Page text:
Previous article gave the Introduction to Trees and BST. This article will explain some important operations on BST.

Binary Search Trees are special types of binary trees where the value of every node in the left subtree is less than the value of the root node as well as the value of every node in the right subtree is greater than the value of the root node.

Structure of a BST node is like following:

```
struct BST {
int data;
struct BST *left;
struct BST *right;
};
```

```
struct BST* createNode(int value)
{
struct BST* newNode = (struct BST*)malloc(sizeof(struct BST));
newNode->data = value;
newNode->left = NULL;
newNode->right = NULL;
return newNode;
}
```

```
struct BST* insert(BST* root,int value)
{
if(root==NULL)
return createNode(value);
if(value<root->data)
root->left = insert(root->left,value);
else
root->right = insert(root->right,value);
return root;
}
```

```
void inOrder(struct BST* root)
{
if(root!=NULL)
{
inOrder(root->left);
cout<<root->data<<" ";
inOrder(root->right);
}
}
```

```
void preOrder(struct BST* root)
{
if(root!=NULL)
{
cout<<root->data<<" ";
preOrder(root->left);
preOrder(root->right);
}
}
```

```
void postOrder(struct BST* root)
{
if(root!=NULL)
{
postOrder(root->left);
postOrder(root->right);
cout<<root->data<<" ";
}
}
```

According to the property of the BST, the value of every node in the left subtree of the current node should be less than the value of the current node. Hence, this property is used while finding the minimum node in a BST. We reach to the leftmost node in the BST which has the minimum possible value in the BST.

```
struct BST* findMinNode(struct BST* root)
{
struct BST* temp = root;
while(temp->left!=NULL && temp)
temp = temp->left;
return temp;
}
```

For deleting a node, first of all, we need to reach that node. The function does this by recursively calling itself within the function. When we are reached to that particular node to be deleted there are 3 possible cases:

- The node is a leaf node
- The node has a single child
- The node has 2 children

After deleting a node we must replace it by its inorder successor or inorder predecessor to maintain the property of BST.

So if the node belongs to the first 2 cases then we return a pointer to the right subtree or left subtree whichever is available and free that node. Both the left and right subtree pointers are anyways going to be NULL in case of leaf nodes. Hence they will also get deleted.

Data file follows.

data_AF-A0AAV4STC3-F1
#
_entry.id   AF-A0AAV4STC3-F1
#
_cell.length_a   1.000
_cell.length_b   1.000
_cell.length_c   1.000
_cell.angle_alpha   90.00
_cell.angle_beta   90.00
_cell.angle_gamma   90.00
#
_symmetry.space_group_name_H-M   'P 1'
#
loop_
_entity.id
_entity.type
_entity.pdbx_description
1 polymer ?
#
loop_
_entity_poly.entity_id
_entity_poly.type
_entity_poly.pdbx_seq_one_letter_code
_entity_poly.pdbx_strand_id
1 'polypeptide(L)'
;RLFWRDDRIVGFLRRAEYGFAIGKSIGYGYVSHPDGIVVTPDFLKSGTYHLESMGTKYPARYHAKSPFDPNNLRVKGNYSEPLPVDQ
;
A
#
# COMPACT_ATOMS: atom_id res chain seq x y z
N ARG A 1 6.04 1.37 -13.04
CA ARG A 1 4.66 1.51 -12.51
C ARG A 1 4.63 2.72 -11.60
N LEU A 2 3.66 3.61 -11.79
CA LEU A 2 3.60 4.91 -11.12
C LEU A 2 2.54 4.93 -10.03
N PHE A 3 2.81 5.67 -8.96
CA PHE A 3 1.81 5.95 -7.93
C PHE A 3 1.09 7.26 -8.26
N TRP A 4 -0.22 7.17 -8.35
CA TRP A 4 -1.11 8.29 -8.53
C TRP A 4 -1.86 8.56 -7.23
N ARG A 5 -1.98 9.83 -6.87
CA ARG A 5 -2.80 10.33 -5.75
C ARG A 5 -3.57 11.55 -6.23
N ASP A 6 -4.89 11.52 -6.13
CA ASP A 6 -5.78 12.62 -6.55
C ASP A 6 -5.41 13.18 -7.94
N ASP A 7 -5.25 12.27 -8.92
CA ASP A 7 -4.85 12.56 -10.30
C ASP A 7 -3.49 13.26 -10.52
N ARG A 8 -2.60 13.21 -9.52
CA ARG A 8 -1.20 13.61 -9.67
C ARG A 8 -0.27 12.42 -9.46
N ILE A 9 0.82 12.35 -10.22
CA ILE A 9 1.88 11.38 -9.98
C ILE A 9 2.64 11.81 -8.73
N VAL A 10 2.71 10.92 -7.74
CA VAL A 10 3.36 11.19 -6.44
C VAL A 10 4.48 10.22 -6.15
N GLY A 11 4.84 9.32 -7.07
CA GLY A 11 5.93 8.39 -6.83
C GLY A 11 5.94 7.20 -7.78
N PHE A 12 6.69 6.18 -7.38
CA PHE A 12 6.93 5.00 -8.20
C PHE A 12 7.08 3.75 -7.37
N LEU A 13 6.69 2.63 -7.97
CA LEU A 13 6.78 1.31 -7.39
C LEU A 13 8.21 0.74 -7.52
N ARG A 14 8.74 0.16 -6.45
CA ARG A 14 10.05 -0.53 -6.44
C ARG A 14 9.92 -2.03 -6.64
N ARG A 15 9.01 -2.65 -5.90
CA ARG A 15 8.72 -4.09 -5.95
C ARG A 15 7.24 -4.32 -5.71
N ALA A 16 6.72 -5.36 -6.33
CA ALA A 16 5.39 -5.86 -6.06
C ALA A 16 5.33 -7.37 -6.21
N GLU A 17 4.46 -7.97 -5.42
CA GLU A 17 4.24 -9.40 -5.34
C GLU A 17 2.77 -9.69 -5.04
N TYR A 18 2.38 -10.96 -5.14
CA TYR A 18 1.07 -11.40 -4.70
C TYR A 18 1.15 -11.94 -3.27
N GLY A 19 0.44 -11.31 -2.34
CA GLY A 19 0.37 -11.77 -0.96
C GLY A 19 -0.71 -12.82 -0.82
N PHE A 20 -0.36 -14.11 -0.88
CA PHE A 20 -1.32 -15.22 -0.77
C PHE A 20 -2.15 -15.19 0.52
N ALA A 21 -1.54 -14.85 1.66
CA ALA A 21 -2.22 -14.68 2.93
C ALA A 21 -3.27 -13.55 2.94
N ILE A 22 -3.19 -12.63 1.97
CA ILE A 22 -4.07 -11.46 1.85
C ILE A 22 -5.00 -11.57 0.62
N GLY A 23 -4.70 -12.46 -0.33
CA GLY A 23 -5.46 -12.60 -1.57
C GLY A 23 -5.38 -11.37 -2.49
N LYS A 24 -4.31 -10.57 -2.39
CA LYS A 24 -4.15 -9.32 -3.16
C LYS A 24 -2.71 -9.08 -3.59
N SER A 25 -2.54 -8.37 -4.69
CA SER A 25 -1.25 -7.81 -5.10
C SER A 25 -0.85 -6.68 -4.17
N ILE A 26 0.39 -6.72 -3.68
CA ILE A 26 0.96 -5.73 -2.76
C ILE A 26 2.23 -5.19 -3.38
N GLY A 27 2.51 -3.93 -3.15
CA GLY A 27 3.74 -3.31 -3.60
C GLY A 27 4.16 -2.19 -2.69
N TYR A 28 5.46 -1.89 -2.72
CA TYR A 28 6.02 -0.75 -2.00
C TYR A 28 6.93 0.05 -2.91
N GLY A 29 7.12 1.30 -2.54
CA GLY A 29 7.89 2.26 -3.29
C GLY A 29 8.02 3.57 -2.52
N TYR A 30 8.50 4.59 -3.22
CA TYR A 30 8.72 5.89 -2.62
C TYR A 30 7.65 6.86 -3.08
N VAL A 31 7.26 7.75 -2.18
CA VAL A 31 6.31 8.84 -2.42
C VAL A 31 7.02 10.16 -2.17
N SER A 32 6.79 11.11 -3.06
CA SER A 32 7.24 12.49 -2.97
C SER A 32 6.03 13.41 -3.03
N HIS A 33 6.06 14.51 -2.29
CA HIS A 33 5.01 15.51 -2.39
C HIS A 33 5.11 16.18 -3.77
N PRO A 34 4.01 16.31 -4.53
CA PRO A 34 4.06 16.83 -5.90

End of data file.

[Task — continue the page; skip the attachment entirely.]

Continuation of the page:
If the node belongs to the third case then we replace its value with the value of the inorder successor. We use findMinNode function which returns the inorder successor. Then we replace the value of the node with the value of inorder successor and delete the inorder successor.

```
struct BST* deleteNode(struct BST* root, int value)
{
if(root == NULL)
return root;
if(value<root->data)
root->left = deleteNode(root->left,value);
else if(value>root->data)
root->right = deleteNode(root->right,value);
else
{
if(root->left==NULL)
{
struct BST *temp = root->right;
free(root);
return temp;
}
else if(root->right==NULL)
{
struct BST *temp = root->left;
free(root);
return temp;
}
struct BST *temp = findMinNode(root->right);
root->data = temp->data;
root->right = deleteNode(root->right,temp->data);
}
return root;
}
```

```
int main()
{
struct BST *root = NULL;
root = insert(root,50);
root = insert(root,100);
root = insert(root,30);
root = insert(root,70);
root = insert(root,40);
root = insert(root,60);
root = insert(root,20);
cout<<"Inorder traversal of initial BST"<<endl;
inOrder(root);
root = deleteNode(root,40);
cout<<"\nAfter deleting node with value 40"<<endl;
inOrder(root);
root = deleteNode(root,60);
cout<<"\nAfter deleting node with value 60"<<endl;
inOrder(root);
return 0;
}
```

Output:

```
Inorder traversal of initial BST
20 30 40 45 50 70 100 120
After deleting node with value 40
20 30 45 50 70 100 120
After deleting node with value 100
20 30 45 50 70 120
```

- Initial BST
- After deleting node with value 40
- After deleting node with value 100

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